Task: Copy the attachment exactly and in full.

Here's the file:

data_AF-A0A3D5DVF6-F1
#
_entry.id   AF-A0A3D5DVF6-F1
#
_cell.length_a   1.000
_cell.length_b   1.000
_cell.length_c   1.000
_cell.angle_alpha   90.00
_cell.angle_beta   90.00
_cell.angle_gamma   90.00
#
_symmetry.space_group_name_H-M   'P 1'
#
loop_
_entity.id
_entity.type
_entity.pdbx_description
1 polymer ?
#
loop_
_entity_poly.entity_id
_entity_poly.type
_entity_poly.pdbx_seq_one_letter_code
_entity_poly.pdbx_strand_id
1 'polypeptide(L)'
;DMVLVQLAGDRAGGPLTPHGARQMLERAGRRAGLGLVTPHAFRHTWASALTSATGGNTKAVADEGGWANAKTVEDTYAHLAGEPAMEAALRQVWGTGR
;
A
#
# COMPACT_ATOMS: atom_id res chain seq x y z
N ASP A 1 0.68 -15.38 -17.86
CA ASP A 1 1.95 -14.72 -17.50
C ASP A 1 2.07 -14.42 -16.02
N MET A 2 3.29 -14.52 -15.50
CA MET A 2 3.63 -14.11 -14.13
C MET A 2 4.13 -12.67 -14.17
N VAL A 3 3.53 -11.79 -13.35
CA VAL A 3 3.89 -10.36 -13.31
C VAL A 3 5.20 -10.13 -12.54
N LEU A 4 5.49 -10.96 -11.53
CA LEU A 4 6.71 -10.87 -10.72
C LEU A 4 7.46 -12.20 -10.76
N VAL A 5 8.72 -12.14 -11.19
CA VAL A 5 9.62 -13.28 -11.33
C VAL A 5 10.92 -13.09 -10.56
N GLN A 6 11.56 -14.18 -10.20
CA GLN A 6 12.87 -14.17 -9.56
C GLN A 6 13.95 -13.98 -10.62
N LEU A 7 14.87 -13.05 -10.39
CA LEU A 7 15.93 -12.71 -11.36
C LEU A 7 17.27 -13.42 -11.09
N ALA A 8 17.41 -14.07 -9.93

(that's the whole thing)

data_AF-A0A3D5DVF6-F1
#
_entry.id   AF-A0A3D5DVF6-F1
#
_cell.length_a   1.000
_cell.length_b   1.000
_cell.length_c   1.000
_cell.angle_alpha   90.00
_cell.angle_beta   90.00
_cell.angle_gamma   90.00
#
_symmetry.space_group_name_H-M   'P 1'
#
loop_
_entity.id
_entity.type
_entity.pdbx_description
1 polymer ?
#
loop_
_entity_poly.entity_id
_entity_poly.type
_entity_poly.pdbx_seq_one_letter_code
_entity_poly.pdbx_strand_id
1 'polypeptide(L)'
;DMVLVQLAGDRAGGPLTPHGARQMLERAGRRAGLGLVTPHAFRHTWASALTSATGGNTKAVADEGGWANAKTVEDTYAHLAGEPAMEAALRQVWGTGR
;
A
#
# COMPACT_ATOMS: atom_id res chain seq x y z
N ASP A 1 0.68 -15.38 -17.86
CA ASP A 1 1.95 -14.72 -17.50
C ASP A 1 2.07 -14.42 -16.02
N MET A 2 3.29 -14.52 -15.50
CA MET A 2 3.63 -14.11 -14.13
C MET A 2 4.13 -12.67 -14.17
N VAL A 3 3.53 -11.79 -13.35
CA VAL A 3 3.89 -10.36 -13.31
C VAL A 3 5.20 -10.13 -12.54
N LEU A 4 5.49 -10.96 -11.53
CA LEU A 4 6.71 -10.87 -10.72
C LEU A 4 7.46 -12.20 -10.76
N VAL A 5 8.72 -12.14 -11.19
CA VAL A 5 9.62 -13.28 -11.33
C VAL A 5 10.92 -13.09 -10.56
N GLN A 6 11.56 -14.18 -10.20
CA GLN A 6 12.87 -14.17 -9.56
C GLN A 6 13.95 -13.98 -10.62
N LEU A 7 14.87 -13.05 -10.39
CA LEU A 7 15.93 -12.71 -11.36
C LEU A 7 17.27 -13.42 -11.09
N ALA A 8 17.41 -14.07 -9.93